- According to the magazine Fortean Times, the clothes and personal possessions of the late Diana, Princess of Wales, have brought misfortune to those who have bought or otherwise acquired them. FT has accumulated quite a few examples of this:
- At least two American entrepreneurs who intended to tour Diana exhibitions around the USA, centred on the clothes and her personal style, have become ruinously bankrupt. One, Kate McEnroe, even lost her main job as a TV executive amid allegations of financial embezzlement and misrepresentation. Maureen R. Dunkel, a similarly motivated entepreneur, crashed owing over $1,500,000 dollars.
- Diana dresses
- Caterer Tomasso Butti paid $120,000 for Diana dresses, with the hope of opening a chain of Diana-themed eateries. He is now bankrupt and legal proceedings drag on.
- One buyer of a Diana dress died suddenly a year later.
- One man bought a Diana dress for $240,000 - which had already passed through the hands of McEnroe, Dunkel, Butti and others - as "a surprise for his wife." Let us hope she appreciated the gift.
- The nominated charity, the Diana Trust, was embroiled in a long and mutually ruinous lawsuit with the noticeably mercenary Franklin Mint, who were producing Diana tat for money and even though their business flourished in the wake of her death, had reneged on a promise to donate to the charity. The charity suffered big losses, and the bad publicity nearly killed the Franklin Mint. Franklin Mint had paid $150,000 dollars for a particular dress, so as to have exclusive use of it for their Diana dolls.
- Diana's former butler, Mr Borrell, appears to have become a recluse surrounded by his memories and mementos of her.
- And of course, there is the meltdown suffered by Egyptian multimillionaire Mohammed-Al-Fayed (who lost his son in the crash) who in his grief blamed the deaths on a British establishment conspiracy, and still does today. The fact a drunken or otherwise intoxicated driver in his employment might have been the cause of death is something he vehemently denies.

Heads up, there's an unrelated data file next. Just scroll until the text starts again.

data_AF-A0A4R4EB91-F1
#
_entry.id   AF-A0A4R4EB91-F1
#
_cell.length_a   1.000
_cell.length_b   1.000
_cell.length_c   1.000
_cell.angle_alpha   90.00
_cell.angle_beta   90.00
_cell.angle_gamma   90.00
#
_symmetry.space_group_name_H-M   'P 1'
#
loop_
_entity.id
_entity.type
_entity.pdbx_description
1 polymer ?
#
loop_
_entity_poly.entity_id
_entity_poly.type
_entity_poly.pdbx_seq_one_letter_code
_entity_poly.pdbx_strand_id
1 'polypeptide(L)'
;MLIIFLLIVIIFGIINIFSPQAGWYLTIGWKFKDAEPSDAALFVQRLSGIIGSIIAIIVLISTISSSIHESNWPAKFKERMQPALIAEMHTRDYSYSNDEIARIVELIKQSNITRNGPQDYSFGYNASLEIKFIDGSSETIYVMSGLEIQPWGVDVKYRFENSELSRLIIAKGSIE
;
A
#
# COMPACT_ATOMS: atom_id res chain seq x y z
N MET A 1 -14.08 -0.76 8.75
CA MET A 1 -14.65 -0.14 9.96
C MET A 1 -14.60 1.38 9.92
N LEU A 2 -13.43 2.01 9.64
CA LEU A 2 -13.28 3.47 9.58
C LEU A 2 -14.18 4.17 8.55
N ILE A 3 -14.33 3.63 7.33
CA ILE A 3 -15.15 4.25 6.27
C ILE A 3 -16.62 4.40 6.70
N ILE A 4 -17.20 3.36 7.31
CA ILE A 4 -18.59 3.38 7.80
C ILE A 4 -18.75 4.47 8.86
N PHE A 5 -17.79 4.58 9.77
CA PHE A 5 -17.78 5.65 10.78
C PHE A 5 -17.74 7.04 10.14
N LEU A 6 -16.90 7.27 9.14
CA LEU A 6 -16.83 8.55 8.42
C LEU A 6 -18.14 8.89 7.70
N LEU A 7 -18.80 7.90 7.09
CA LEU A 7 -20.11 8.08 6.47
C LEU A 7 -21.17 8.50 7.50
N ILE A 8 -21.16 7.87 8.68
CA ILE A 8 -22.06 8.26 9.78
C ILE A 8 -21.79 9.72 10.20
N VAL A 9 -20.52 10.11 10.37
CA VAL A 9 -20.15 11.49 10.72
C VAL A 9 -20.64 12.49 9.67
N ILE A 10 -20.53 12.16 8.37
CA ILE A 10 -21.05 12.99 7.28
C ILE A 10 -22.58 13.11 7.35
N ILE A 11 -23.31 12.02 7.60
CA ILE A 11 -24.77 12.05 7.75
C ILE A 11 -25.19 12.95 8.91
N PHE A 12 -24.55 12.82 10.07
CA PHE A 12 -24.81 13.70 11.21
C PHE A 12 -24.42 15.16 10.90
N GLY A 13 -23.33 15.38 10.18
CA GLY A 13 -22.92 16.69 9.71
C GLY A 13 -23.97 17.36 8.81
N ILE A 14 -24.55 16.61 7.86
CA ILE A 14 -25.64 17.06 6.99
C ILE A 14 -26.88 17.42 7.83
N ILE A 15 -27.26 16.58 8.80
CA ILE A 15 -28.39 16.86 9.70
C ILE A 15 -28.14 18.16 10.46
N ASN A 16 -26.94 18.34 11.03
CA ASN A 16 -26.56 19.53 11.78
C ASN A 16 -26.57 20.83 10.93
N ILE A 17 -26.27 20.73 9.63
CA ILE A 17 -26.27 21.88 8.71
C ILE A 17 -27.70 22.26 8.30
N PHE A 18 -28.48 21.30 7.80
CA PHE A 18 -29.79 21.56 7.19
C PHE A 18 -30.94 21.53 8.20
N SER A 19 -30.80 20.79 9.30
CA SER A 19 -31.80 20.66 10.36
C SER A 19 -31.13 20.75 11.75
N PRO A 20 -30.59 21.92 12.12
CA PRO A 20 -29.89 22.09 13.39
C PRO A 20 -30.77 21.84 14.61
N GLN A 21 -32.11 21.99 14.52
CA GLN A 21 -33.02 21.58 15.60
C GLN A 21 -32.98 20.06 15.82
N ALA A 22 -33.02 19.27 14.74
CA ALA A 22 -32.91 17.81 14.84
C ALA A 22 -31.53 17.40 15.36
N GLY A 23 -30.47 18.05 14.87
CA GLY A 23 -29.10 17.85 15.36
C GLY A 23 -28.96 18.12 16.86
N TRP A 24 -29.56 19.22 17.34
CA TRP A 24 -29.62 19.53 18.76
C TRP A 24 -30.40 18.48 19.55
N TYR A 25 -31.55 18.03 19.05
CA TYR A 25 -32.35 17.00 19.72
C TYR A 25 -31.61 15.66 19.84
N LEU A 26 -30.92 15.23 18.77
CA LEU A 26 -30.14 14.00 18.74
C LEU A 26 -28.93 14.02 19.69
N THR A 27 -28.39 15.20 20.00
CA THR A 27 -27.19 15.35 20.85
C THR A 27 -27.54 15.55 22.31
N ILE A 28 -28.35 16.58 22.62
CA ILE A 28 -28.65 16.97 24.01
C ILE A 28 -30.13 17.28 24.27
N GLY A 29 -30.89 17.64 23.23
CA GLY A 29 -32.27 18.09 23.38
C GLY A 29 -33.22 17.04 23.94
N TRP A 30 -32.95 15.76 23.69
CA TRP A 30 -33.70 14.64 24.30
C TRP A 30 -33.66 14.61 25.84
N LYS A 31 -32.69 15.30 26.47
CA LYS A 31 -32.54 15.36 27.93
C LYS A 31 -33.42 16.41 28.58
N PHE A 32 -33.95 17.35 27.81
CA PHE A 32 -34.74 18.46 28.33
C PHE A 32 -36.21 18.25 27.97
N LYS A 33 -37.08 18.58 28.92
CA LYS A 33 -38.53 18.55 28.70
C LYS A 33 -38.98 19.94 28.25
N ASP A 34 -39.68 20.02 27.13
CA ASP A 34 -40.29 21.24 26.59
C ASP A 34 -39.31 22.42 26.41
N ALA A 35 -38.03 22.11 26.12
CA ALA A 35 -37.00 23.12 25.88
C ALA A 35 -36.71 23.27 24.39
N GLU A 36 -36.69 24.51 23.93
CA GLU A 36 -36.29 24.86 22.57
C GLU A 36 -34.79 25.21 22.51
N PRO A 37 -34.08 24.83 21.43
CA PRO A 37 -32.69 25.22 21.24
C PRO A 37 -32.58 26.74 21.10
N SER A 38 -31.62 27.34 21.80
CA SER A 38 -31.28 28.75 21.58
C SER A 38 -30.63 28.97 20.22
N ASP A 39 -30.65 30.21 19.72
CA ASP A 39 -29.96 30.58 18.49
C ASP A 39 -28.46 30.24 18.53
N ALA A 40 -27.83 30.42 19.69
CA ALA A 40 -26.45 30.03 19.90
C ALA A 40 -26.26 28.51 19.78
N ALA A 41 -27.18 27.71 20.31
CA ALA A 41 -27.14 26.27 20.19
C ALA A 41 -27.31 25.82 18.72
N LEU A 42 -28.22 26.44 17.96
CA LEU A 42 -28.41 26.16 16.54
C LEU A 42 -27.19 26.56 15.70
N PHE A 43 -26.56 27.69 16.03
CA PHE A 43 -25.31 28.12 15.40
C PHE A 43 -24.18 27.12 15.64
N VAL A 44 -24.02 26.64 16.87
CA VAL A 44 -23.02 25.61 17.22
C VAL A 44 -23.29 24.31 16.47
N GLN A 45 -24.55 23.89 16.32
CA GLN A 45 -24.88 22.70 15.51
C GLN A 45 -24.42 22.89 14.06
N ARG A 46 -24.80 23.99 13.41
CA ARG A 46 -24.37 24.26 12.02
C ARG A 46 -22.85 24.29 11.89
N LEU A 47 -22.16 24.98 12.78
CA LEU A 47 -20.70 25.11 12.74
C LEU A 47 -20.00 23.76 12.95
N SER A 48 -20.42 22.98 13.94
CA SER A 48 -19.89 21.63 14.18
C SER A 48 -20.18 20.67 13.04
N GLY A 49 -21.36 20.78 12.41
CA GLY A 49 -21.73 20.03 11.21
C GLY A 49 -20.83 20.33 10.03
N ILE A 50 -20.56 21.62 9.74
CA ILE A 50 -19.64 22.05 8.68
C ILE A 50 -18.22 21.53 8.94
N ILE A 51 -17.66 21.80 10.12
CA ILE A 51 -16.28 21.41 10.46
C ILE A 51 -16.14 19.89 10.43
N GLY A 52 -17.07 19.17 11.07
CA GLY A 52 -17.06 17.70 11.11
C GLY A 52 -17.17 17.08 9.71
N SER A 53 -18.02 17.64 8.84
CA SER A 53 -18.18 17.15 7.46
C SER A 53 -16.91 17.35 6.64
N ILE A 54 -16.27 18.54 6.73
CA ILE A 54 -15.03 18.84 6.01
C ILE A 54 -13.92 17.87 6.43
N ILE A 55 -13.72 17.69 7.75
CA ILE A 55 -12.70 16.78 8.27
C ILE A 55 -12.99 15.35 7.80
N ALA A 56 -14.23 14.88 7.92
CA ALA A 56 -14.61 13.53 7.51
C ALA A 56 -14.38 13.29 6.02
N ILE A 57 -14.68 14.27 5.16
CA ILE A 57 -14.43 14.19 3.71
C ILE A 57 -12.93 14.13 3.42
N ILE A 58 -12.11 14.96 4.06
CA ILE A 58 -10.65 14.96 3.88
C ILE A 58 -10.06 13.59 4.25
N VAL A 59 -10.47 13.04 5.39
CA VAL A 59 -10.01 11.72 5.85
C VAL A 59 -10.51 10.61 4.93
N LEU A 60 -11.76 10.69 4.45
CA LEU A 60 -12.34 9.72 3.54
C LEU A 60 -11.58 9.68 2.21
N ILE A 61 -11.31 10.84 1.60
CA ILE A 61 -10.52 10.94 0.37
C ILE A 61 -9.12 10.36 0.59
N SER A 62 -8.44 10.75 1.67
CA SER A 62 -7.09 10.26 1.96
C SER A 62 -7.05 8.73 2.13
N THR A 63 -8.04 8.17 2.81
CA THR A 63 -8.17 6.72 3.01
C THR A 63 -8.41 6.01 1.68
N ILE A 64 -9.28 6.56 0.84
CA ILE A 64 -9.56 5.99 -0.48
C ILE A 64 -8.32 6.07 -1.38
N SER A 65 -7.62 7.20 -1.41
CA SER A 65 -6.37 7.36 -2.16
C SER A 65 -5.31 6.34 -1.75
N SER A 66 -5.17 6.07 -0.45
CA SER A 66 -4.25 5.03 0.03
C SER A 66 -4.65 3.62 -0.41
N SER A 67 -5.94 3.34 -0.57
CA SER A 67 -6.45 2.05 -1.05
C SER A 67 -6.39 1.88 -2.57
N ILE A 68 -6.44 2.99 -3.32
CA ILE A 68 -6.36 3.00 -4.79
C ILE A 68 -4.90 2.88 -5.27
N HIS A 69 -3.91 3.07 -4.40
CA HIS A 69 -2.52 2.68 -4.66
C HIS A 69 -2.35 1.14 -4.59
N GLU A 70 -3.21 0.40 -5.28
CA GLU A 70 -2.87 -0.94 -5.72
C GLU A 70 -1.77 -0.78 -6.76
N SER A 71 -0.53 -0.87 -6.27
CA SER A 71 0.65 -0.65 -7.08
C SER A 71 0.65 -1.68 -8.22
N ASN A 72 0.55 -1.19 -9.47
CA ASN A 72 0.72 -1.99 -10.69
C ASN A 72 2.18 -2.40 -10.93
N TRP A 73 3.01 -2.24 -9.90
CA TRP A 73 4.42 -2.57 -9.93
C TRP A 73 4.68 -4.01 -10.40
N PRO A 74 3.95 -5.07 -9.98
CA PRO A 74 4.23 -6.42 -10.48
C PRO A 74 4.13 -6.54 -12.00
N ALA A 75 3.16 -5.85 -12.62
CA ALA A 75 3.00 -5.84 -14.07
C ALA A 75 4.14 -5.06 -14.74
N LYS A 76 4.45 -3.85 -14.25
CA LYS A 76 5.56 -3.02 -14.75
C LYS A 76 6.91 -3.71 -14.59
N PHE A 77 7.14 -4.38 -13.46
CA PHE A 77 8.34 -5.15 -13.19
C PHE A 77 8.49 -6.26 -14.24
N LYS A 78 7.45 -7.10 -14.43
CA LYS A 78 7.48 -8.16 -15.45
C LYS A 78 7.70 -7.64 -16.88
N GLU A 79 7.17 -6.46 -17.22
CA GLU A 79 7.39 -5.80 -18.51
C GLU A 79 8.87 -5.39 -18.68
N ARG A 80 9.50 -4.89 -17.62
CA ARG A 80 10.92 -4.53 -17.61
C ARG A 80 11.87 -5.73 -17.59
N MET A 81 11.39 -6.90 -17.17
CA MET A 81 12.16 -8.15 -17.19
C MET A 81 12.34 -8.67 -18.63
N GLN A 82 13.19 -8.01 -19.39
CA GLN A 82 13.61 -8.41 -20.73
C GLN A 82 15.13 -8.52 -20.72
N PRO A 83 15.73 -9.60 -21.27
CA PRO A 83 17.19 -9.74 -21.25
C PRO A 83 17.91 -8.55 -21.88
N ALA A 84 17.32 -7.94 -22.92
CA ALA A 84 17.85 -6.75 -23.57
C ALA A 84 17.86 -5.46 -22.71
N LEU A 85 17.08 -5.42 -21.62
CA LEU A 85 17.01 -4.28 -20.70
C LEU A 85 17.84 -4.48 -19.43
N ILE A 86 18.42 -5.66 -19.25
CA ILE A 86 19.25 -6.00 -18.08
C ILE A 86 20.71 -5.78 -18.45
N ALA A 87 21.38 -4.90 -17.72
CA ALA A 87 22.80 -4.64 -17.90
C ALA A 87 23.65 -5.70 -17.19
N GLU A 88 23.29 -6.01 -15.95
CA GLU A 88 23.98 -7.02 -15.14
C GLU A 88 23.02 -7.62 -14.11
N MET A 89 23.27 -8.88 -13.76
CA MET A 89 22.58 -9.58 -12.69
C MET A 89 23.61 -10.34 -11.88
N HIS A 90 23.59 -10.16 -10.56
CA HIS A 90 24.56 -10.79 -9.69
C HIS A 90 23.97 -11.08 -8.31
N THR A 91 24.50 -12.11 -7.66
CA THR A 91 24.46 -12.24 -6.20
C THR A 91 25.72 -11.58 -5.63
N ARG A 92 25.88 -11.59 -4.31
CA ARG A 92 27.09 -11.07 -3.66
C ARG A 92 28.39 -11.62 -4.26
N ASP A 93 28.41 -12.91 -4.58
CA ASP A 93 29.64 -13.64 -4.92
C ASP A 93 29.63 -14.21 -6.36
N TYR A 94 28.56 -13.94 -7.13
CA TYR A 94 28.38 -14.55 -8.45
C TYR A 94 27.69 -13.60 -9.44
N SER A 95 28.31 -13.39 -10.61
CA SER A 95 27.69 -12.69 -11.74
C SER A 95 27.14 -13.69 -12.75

In-Universe examples;Establishing a difference between events in Real Life and fictionalised variants Film
- A Cock And Bull Story, in which Steve Coogan, playing himself, faces all sorts of problems while trying to make a film of Tristram Shandy - itself a book about the problems the author encounters trying to write the book.
- Inland Empire has, among its other myriad plots, a theme of the remake of an atmospheric European thriller that is taking place on an unhappy set, beset with calamities and inexplicable accident.
- In Robert Anton Wilson and Robert Shea's Illuminatus! trilogy, author James Joyce is inflicted with blindness by the evil Illuminati, because he just will not quit writing books that reveal crucial occult secrets that the secret society do not want to see out in the open, in any form. It is also hinted that Ludwig van Beethoven was given the deafness treatment for encoding Freemasonic secrets in his Fifth Symphony. The curse, in both cases, attends the work of art they created. Of course, we only have Hagbard Celine's word for this...